Taite Music Prize finalists Jakob discuss their nominated album "Sines".
The winner of the Taite Music Prize, which aims to award the best album from a New Zealand artist over a calendar year, will be announced on April 15 at a media event in Auckland. Named after renowned local journalist Dylan Taite, the award comes with $10,000 in prize money for one of the 10 shortlisted nominees.
It was eight years between albums when Jakob released their Taite Music Prize nominated Sines, much of that due to what the band describes as "various obstacles" which included all three members of the band suffering hand injuries that left them unable to play. Guitarist Jeff Boyle, from the Napier post-rock instrumental act, talks about the dynamic sound of Sines and the endless string of challenges they faced when trying to record it.
Can you tell us a little about the recording and songwriting process for the album?
Songwriting for this album actually started back in 2008 after we had got back from a European tour and had signed up with a European label for a new album release. ‘Harmonia’ and ‘Magna Carta’ were written back then. After injuries had put a halt to any more writing or recording for a year and a half we started to write new ideas for an album in 2010/11 when ‘Blind Them With Science’, ‘Emergent’ and ‘Resolve’ were written.
We recorded these and tried to shape a bunch of ideas into songs in a relatively short stint at Roundhead studio which didn’t quite meet the mark we were after so we re-tracked parts here and there at Sister Lung Productions in Napier and at our rehearsal room. ‘Darkness’ & ‘Sines’ were written and recorded during 2013 while we re-tracking.
Did you go into the studio with a vision for how you wanted Sines to sound?
We had a pretty clear vision of what we wanted when we first went into the studio. Like I said, the first session just didn’t meet the mark so we had to press on with what little time and money we had left afterward. Ironically the fact that we were forced to split the recording of this album over multiple studios and long periods of time, meant that the album ended up quite eclectic and dynamic, which is what our original vision was.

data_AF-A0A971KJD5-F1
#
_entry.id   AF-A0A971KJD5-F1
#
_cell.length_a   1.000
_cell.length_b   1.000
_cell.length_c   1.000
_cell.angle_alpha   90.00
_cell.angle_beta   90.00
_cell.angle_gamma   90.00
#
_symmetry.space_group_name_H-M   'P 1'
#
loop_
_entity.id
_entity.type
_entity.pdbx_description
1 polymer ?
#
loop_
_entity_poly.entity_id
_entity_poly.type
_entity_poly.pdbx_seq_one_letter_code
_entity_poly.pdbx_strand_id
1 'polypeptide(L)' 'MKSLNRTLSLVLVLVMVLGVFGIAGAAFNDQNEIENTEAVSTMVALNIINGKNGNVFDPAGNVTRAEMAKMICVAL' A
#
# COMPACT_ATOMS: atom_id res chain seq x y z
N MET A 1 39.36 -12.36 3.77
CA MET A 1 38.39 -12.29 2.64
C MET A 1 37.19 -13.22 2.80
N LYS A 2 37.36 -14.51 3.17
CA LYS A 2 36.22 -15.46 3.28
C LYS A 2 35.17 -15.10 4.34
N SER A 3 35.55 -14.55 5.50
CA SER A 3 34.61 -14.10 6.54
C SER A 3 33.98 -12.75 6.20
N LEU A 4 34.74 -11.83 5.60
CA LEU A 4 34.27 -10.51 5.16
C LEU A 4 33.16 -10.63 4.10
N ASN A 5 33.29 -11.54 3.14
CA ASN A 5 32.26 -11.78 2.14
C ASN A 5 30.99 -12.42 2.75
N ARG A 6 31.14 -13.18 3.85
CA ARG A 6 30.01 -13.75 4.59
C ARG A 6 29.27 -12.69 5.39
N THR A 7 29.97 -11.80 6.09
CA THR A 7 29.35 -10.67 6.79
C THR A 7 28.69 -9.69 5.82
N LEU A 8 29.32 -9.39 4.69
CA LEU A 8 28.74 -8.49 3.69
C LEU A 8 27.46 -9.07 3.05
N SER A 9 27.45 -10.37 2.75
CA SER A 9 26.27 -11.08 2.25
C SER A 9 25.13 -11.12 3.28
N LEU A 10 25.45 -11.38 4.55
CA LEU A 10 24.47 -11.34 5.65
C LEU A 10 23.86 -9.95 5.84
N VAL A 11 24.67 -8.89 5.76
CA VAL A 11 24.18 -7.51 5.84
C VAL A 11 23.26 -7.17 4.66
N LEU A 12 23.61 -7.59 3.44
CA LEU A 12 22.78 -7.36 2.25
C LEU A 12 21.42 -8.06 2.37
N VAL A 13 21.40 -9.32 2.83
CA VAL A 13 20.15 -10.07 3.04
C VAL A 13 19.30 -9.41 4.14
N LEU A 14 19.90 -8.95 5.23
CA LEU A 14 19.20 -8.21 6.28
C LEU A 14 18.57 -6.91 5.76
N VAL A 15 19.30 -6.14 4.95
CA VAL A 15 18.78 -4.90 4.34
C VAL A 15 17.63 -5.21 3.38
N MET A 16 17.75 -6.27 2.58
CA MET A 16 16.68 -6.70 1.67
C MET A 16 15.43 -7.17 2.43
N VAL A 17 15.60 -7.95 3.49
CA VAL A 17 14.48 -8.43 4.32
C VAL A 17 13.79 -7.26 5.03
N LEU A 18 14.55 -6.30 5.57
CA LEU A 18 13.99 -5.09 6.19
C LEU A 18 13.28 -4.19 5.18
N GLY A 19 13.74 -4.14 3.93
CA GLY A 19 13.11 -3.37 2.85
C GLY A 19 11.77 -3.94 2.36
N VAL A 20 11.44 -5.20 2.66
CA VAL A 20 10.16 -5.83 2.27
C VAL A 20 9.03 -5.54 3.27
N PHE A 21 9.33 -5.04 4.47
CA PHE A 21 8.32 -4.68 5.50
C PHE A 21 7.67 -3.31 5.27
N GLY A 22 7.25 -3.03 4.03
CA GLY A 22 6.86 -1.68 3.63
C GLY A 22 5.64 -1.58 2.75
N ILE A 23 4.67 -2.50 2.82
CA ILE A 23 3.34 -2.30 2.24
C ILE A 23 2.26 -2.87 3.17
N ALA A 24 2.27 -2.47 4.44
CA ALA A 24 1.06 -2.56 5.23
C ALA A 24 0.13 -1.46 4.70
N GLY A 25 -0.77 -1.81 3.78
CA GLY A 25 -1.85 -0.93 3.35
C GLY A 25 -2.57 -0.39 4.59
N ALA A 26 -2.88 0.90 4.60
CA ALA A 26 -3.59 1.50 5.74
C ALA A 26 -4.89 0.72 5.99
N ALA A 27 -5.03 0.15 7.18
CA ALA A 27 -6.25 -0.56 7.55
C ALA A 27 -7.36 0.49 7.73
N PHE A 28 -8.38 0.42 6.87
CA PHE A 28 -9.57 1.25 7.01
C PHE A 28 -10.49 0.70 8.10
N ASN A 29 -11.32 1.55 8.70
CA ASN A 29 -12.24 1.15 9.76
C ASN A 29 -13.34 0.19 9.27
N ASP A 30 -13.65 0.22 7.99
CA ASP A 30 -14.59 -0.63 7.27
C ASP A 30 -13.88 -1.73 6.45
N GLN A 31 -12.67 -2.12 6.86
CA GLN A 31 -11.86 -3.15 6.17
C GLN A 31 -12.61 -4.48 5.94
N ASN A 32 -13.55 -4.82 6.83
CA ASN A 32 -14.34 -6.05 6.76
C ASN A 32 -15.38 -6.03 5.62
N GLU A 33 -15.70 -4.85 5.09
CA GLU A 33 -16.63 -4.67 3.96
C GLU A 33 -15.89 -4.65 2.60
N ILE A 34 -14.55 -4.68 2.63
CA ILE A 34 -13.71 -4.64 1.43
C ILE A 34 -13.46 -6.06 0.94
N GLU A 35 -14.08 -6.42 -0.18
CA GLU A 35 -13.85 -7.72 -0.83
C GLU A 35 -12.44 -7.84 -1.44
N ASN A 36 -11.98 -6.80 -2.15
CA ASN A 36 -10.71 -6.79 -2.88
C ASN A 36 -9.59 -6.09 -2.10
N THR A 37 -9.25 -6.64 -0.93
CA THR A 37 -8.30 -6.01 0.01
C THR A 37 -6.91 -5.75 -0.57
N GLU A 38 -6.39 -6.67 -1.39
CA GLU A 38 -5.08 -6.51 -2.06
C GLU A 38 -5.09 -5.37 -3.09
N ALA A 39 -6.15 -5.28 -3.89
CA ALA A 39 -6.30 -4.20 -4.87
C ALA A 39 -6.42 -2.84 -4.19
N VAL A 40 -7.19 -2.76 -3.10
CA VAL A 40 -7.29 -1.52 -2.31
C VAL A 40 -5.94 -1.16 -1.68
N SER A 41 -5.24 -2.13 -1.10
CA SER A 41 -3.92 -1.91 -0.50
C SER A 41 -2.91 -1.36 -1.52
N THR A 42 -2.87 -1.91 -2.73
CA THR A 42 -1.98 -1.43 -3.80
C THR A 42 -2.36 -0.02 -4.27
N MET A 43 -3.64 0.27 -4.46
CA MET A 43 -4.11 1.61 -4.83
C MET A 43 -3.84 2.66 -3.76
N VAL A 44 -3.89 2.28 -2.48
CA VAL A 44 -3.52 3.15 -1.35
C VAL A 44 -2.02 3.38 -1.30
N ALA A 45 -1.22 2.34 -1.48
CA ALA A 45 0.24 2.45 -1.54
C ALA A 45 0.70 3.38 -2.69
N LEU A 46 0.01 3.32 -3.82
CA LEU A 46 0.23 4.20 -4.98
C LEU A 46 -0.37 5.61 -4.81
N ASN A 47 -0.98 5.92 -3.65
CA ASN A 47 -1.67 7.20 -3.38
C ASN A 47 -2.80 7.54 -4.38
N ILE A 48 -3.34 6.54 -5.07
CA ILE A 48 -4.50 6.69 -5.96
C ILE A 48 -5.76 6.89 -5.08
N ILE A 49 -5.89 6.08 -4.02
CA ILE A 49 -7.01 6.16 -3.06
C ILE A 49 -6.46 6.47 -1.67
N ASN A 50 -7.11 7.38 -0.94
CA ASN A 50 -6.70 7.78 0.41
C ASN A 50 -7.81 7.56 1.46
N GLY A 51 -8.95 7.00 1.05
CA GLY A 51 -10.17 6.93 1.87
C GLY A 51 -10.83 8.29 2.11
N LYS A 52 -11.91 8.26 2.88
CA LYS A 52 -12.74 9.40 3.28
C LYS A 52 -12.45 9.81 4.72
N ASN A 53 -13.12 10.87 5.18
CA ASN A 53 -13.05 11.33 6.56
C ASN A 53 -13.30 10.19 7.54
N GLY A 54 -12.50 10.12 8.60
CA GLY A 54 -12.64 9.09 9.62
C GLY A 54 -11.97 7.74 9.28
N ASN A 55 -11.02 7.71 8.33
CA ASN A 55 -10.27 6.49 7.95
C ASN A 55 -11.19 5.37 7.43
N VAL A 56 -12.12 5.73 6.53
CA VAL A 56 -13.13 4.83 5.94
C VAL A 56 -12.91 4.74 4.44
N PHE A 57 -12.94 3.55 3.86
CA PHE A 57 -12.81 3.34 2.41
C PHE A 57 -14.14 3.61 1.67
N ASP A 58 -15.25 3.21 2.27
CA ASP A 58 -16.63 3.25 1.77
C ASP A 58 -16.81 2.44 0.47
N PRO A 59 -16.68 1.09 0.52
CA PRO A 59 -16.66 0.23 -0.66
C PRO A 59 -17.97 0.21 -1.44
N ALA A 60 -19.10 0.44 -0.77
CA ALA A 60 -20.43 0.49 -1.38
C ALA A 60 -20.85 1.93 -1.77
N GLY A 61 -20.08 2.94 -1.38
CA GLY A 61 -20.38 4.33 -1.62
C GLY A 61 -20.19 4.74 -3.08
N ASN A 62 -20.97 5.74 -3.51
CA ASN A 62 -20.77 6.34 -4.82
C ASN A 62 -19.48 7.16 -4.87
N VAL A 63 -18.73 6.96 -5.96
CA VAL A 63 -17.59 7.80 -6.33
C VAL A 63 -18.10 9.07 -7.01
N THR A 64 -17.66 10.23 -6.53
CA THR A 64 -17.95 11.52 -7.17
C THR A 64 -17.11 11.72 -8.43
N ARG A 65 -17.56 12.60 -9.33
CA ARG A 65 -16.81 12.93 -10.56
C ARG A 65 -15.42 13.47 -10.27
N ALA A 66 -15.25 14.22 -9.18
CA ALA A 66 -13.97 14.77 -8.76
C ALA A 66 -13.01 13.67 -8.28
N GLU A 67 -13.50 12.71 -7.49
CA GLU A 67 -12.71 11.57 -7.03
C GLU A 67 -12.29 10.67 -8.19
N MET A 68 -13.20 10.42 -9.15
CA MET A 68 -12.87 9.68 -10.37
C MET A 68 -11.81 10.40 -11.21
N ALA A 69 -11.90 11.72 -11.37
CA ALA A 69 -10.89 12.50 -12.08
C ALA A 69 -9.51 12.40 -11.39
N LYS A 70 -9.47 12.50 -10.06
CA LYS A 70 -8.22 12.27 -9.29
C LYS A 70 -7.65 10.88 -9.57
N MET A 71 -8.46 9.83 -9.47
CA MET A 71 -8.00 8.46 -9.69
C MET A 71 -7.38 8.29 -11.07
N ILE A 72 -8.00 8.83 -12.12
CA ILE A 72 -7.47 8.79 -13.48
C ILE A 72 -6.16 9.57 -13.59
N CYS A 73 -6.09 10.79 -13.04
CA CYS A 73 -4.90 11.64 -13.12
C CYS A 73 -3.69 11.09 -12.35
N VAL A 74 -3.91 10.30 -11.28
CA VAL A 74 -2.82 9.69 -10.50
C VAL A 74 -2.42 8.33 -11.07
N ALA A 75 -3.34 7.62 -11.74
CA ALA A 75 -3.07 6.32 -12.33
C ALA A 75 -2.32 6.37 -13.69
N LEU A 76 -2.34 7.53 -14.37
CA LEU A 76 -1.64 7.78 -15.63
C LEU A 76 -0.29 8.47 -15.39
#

What sort of challenges did you face when writing and recording the album?
We seemed to encounter an endless string of challenges writing and recording this album. At the first session we had a lot of gear troubles, with amplifiers and pedals breaking down. We had to contend with a serious hand injury whilst trying to re-track a couple of the songs. We also started to run out of funds so had to edit and mix most of it ourselves.
What music or influences helped to shape the sound of the record?
It’s really hard to say who or what exactly had a serious impact on the sound of this album. I guess we had a real vision for what we were after and it was kind of based on wanting to progress and develop our sound to broader reaches. Personally I was listening to a lot of Stars Of The Lid and Radiohead while recording this album.
Do you have a favourite song from the album?
‘Resolve’ is my favourite song from the album. It kind of sums up exactly what we were after. The first half we wrote just before we went into Roundhead and it had a completely different second half to the one that ended up on the album. When we got back and had a serious listen to the original recorded version we really thought the second half could do a lot more. So we recorded some ideas that we could use to replace the original second half and one of those ideas turned out pretty much just what we were after. Piecing the two together in the mix was entirely different of course and was one of the hardest things to achieve.